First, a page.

Don’t Tell Mom There’s A Body Outside

Don't Tell Mom There's A Body Outside

With glazed eyes, frozen and locked on to the well-oiled abs of the men on the TV, Mom announced there were frozen slabs of macaroni in the freezer. That’s dinner. 

I cooked for my younger brother Terry who was dressed up as Bill Clinton for Halloween even though Halloween was a week away. He had a frizzled, pubic white wig taped to his head and a faded blue suit that hung limply past his wrists. We ate outside. The weather was still nice. The faint glow from the TV acted as the porch light that had burnt out two months ago. In between bites of irradiated-tasting noodles, Terry pointed out the body sprawled out in the middle of the yard. I was surprised I hadn’t noticed it sooner. It was a man. The muscular build was a dead give away. Short, curt hair mashed down and torqued to an angle against what jaundice-colored grass there was left. Pale skin; a vacant left shoe exposed a wool tube sock with a big toe jutting out of a hole. Terry and I stood over him.

Looks like he fell out of a tree, Terry said, which didn’t make sense because there were no trees in our backyard.

His body was capable of a neat chalky outline and only his wrist was contorted and shifted in a way that felt unnatural, up and backwards barely touching the underbelly of his own arm. Terry prodded him with his lanky cigar—Bill’s prop—made out of the severed handle of a broom. He relayed back to me that he was dead, for sure dead. I told him we couldn’t tell Mom.

Each day after school we would hang around the body. Work on homework, read books. We propped our heads up against the bony ribs like a nice pillowed headrest. Terry dug through the pockets of his tattered jeans and found three pennies and a nickel, a flattened carton of cigarettes, and a stamp on tattoo, the kind that falls out along with the dusty crumbs of a cereal box. I helped Terry press the tattoo on right over his thin chest. It was a heart with an arrow shoved through the pulpy center and as he stared down at his sunken chest he decided he’d be a sailor next Halloween. At night after Terry had fallen asleep; after Mom had tumbled off the side of the couch, I would go downstairs and peer through the window into the stale night to try and see if the body would move, if at any moment he would begin to crawl back onto his feet, stretch his arms and yawn, be on his way as if this place, this backyard containing a grill infested by a hive of wasps and a trampoline with jagged broken springs, was only a rest stop.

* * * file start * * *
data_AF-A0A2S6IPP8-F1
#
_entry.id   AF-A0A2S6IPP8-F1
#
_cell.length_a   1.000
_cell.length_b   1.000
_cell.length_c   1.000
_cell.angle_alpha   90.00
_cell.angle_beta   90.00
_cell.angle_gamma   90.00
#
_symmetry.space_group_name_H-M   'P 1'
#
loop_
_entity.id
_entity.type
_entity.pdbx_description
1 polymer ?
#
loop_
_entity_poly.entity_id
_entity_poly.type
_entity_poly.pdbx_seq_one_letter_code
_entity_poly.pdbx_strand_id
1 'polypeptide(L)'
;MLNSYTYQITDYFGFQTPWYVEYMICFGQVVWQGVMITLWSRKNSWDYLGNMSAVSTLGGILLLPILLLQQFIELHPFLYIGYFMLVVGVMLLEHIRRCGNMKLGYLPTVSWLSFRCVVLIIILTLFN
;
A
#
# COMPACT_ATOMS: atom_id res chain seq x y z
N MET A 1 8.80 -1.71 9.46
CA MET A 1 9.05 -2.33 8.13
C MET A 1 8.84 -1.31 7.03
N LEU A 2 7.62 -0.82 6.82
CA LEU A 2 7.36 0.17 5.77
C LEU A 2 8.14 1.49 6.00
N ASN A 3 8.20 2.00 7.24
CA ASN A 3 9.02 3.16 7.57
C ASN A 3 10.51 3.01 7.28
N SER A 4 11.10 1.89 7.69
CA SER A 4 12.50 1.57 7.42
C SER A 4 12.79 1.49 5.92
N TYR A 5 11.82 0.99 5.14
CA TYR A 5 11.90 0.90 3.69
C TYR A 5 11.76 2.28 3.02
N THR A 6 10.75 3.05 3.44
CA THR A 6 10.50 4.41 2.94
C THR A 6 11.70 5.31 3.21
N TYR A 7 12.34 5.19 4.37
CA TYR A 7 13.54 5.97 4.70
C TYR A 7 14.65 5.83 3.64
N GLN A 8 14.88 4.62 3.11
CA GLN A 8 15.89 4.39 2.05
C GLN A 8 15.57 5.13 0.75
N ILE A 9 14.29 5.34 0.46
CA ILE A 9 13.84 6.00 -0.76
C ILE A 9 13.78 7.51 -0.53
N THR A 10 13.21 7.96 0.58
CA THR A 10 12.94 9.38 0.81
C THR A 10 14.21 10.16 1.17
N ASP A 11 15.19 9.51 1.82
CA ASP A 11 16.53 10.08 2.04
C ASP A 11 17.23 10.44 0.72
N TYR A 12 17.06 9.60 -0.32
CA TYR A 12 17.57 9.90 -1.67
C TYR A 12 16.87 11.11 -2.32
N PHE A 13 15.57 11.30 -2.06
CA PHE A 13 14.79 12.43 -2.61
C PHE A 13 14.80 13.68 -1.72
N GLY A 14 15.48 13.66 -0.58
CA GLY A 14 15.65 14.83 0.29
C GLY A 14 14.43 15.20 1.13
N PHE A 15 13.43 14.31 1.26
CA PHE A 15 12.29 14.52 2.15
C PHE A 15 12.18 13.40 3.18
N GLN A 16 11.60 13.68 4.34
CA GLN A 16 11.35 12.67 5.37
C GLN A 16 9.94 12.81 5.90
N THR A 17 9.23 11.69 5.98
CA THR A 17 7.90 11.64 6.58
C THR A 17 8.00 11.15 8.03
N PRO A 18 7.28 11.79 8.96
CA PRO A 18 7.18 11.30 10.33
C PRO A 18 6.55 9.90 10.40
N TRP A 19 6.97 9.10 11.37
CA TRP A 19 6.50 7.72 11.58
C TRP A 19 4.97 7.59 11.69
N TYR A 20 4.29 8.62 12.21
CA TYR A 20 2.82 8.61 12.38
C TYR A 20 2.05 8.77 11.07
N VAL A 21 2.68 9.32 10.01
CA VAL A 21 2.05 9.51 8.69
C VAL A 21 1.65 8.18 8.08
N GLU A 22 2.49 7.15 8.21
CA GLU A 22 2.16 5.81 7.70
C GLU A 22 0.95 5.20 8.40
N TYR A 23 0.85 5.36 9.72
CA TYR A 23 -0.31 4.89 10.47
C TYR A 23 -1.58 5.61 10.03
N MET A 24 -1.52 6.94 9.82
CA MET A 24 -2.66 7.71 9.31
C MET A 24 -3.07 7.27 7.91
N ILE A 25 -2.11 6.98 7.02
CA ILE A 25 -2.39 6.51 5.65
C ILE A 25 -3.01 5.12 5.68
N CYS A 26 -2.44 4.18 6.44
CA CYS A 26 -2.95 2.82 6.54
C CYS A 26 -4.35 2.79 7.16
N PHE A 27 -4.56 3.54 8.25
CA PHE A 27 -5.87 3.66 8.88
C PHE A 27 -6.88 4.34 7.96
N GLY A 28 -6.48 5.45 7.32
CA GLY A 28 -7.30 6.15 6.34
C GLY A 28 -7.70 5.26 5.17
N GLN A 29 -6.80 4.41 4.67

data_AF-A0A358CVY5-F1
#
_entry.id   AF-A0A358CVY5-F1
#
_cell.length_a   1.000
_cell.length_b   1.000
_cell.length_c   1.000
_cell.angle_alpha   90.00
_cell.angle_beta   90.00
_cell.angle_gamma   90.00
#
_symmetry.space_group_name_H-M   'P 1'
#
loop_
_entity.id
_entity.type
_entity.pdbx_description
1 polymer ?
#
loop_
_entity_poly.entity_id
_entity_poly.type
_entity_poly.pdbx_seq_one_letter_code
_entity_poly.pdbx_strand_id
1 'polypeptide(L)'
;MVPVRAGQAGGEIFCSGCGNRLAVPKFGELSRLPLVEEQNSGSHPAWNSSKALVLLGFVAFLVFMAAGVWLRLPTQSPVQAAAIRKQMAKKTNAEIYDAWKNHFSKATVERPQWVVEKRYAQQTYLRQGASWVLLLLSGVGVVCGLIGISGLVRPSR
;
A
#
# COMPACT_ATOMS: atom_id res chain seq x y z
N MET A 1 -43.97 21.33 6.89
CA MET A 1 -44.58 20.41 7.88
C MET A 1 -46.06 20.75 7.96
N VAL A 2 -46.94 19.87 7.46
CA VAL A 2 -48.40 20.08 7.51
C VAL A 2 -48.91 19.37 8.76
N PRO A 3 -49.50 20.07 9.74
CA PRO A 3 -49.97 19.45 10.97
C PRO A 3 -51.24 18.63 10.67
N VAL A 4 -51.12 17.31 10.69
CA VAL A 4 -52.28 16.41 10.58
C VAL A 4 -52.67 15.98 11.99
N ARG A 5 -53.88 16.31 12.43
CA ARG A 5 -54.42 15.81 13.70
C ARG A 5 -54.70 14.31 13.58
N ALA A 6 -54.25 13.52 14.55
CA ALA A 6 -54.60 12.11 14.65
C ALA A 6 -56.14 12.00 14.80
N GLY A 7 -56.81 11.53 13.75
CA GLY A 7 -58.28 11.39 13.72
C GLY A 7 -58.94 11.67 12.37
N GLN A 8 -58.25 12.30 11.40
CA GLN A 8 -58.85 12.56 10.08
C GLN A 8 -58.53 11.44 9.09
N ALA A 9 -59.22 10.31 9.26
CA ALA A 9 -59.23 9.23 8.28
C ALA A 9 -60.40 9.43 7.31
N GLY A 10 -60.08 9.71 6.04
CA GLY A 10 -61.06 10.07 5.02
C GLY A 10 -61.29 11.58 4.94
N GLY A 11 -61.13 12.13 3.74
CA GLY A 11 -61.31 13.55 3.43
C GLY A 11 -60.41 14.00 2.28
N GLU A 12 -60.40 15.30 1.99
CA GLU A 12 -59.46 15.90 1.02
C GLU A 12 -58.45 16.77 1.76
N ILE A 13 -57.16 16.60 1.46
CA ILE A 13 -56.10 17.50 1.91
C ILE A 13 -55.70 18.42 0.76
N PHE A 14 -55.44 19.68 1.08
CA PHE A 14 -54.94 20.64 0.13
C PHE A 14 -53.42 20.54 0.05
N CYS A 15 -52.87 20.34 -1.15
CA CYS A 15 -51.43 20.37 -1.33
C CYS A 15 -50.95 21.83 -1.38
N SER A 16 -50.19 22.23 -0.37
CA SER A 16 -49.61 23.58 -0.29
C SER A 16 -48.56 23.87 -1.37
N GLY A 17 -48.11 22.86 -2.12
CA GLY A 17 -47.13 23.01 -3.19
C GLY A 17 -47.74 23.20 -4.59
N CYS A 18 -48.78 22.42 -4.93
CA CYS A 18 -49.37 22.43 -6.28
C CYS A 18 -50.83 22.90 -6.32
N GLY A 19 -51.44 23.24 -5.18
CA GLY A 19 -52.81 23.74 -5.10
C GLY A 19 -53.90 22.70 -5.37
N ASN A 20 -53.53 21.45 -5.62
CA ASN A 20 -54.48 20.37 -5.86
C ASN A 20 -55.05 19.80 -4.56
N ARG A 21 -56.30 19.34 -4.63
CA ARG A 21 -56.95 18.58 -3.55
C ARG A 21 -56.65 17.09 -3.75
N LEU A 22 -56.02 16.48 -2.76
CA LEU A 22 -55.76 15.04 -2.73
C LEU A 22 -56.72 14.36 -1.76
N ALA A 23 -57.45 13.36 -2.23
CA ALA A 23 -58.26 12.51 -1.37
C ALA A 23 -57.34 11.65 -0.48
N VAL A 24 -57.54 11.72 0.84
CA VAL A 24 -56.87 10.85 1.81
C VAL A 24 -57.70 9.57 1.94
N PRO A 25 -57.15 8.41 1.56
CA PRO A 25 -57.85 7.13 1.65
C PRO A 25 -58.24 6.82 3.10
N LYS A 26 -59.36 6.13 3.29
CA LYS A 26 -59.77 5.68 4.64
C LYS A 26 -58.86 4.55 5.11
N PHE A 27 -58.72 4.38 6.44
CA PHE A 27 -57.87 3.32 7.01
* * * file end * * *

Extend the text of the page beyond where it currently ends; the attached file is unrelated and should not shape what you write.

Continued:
When Halloween finally came around Terry held the body’s head while I used my oil-paint set and morphed his face into a gray wolf to the best of my ability. I ran my brushes along the sides of his temples, over his eyelids. I had never looked into his eyes before that moment. Each pupil was bulbous, the rest of his eyes were gaunt and bloodshot. Besides the mauve-blue hue to them, they reminded me a lot of Mom’s. Terry wanted to see and I barked for him to keep his head still or else the wolf would turn out to be a whole other animal entirely.

After our laps around the neighborhood we walked through the kitchen and past Mom right into the backyard. Fun time? Her voice was an octave higher than usual, Terry shouted and told her all about how each neighbor had trouble guessing who he was, even with the cigar in his mouth or tucked between his legs. I peeked outside just to make sure that Mom hadn’t found the body. Sure enough the body was resting peacefully right where we had left him.

As Mom dug her paw into Terry’s pillowcase, excavating a fist’s worth of candy, she patted him on the head and shuffled back to the couch, back to the TV as the sound of her nails gouging into plastic wrappers drowned out the voices of whoever was talking.

I took Terry by the hand and we went out back. It was getting colder now. I could see my breath linger loosely as it drifted up towards the sky pin-pricked with stars. Terry and I both gave the body some of our candy. I put a couple of peanut butter cups deep into his mouth, the tips of my fingers brushing up against his sharp-edged molars while Terry tucked a Hershey’s bar right in between his lips. For a while we shuddered and froze, staring at the body once more never ceased to amaze us. Should we tell Mom now? Terry asked in between inhaling strands of licorice. I told him no, that we never could tell her. I told him that the body was ours and would never be hers.           

Share this: